Facebook lets users block political ads in bid to quell outcry
Facebook is allowing users to turn off all political ads in a move aimed at quelling criticism of the leading social network’s hands-off approach to election misinformation.
The feature being rolled out in the United States from Wednesday and some other countries will give Facebook and Instagram users the option of blocking paid ads from candidates and political groups.
The initiative announced late Tuesday comes amid intense pressure on Facebook and other social media services to stem the flow of false information while remaining open platforms for political debate.
Facebook has steadfastly rejected calls to fact-check politicians, including a plea from Democratic White House hopeful Joe Biden to clamp down on what he called rampant disinformation from President Donald Trump.
Facebook vice president of product management and social impact Naomi Gleit said the initiative expands on the social network’s “ad preferences” options, which already allowed users to see fewer political ads.
She said the feature was being made available “as part of our preparations for the 2020 U.S. elections” and would be offered “in countries where we have enforcement on ads about social issues, elections and politics” later this year.
Adam Chiara, a University of Hartford professor who follows social media and politics, said Facebook’s announcement may be a public relations move with little real impact.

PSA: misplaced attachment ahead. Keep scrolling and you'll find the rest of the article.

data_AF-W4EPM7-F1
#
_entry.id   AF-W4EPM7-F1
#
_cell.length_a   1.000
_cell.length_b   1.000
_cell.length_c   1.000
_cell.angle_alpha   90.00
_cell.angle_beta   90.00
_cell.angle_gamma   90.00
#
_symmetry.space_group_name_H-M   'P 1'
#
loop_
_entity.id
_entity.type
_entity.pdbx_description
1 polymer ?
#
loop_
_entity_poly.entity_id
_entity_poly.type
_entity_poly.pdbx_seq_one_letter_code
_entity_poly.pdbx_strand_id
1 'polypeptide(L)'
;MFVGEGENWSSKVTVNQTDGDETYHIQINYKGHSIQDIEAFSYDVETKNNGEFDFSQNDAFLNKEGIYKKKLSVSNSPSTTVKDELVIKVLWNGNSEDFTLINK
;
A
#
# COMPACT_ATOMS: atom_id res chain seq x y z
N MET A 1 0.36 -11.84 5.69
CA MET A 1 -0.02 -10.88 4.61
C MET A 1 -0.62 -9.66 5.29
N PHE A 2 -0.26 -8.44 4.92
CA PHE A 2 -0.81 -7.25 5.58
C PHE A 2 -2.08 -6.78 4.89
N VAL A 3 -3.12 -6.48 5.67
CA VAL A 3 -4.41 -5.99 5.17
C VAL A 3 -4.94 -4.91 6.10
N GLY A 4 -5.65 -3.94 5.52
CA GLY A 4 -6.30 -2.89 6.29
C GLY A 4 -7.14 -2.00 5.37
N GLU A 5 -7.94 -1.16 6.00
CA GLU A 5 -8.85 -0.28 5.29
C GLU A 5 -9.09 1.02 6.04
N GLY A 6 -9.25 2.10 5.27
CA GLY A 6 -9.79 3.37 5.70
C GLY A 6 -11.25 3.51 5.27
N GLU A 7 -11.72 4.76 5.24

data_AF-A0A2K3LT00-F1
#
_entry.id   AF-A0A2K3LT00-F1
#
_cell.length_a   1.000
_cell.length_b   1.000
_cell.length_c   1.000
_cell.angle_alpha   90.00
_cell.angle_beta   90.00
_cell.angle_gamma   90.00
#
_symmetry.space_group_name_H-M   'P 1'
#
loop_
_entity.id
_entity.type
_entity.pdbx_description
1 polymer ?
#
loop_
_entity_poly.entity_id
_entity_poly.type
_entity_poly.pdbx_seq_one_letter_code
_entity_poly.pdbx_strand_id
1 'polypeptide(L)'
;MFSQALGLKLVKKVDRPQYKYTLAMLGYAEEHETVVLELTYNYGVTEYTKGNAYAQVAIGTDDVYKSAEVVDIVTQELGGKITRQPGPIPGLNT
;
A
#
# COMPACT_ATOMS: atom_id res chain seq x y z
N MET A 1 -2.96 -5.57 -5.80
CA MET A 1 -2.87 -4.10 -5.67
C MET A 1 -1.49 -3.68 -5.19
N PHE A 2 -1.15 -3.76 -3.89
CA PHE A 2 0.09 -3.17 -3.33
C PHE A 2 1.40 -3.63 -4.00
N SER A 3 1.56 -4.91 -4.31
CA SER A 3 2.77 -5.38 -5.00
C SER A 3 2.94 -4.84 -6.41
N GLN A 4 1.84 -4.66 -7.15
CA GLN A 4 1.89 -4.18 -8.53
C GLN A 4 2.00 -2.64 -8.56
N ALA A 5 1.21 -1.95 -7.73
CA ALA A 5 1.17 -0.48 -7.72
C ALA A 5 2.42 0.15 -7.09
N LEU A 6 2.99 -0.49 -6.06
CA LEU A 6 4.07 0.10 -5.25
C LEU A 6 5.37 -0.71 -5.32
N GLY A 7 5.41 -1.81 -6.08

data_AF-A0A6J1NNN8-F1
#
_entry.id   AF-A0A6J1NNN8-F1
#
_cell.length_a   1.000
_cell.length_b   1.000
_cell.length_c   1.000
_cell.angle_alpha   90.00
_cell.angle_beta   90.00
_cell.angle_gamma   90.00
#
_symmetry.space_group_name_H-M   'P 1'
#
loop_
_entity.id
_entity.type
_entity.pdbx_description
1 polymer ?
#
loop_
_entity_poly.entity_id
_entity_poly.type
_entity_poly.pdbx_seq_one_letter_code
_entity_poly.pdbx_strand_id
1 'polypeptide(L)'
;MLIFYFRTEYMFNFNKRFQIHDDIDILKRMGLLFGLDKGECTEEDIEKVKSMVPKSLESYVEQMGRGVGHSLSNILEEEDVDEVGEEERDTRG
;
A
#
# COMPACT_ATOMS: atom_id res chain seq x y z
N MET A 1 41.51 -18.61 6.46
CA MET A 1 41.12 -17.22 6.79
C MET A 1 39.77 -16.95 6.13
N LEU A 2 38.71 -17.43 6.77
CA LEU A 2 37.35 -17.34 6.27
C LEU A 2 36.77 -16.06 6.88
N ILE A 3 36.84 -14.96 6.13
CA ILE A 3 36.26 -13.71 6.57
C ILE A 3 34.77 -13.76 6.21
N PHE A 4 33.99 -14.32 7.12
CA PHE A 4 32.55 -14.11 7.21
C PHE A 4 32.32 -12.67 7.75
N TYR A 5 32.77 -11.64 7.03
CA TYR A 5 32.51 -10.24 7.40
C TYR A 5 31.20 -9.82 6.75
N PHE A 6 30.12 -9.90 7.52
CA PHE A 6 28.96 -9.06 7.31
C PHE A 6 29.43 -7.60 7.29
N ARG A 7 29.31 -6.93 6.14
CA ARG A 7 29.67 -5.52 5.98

Chiara said Facebook would be able to tout “a victory for not censoring speech” but that it “does nothing to help move away from the toxic speech on the platform.”
“I’m curious how many people will actually opt out,” Chiara said. “Many Facebook users don’t even change their default privacy settings. How many will take the time to do this?”
Shannon McGregor, a University of North Carolina professor of political communication, said Facebook is “outsourcing” its content moderation to users and at the same time limiting the reach of political challengers and newcomers.
“This is likely to exacerbate the incumbency advantage,” McGregor said.
The researcher said that despite concerns about negative and malicious ads, many political messages are “benign,” promoting discussion and enabling lesser-known candidates to reach voters.
“I don’t think policies allowing users to opt in or out of advertising are positive for democracy,” she said.
As part of the same announcement, Facebook said it would launch what it called “the largest voting information effort in U.S. history” with an election hub and a goal of registering 4 million voters.
“We’re encouraging people to vote,” Facebook chief executive Mark Zuckerberg wrote in USA Today.
“I believe Facebook has a responsibility not just to prevent voter suppression — which disproportionately targets people of color — but also to actively support well-informed voter engagement, registration and turnout.”
The efforts by Facebook appeared to address concerns that it allowed misinformation and foreign influence campaigns to target voters in the 2016 U.S. election, in some cases aimed at discouraging voters or giving them inaccurate information.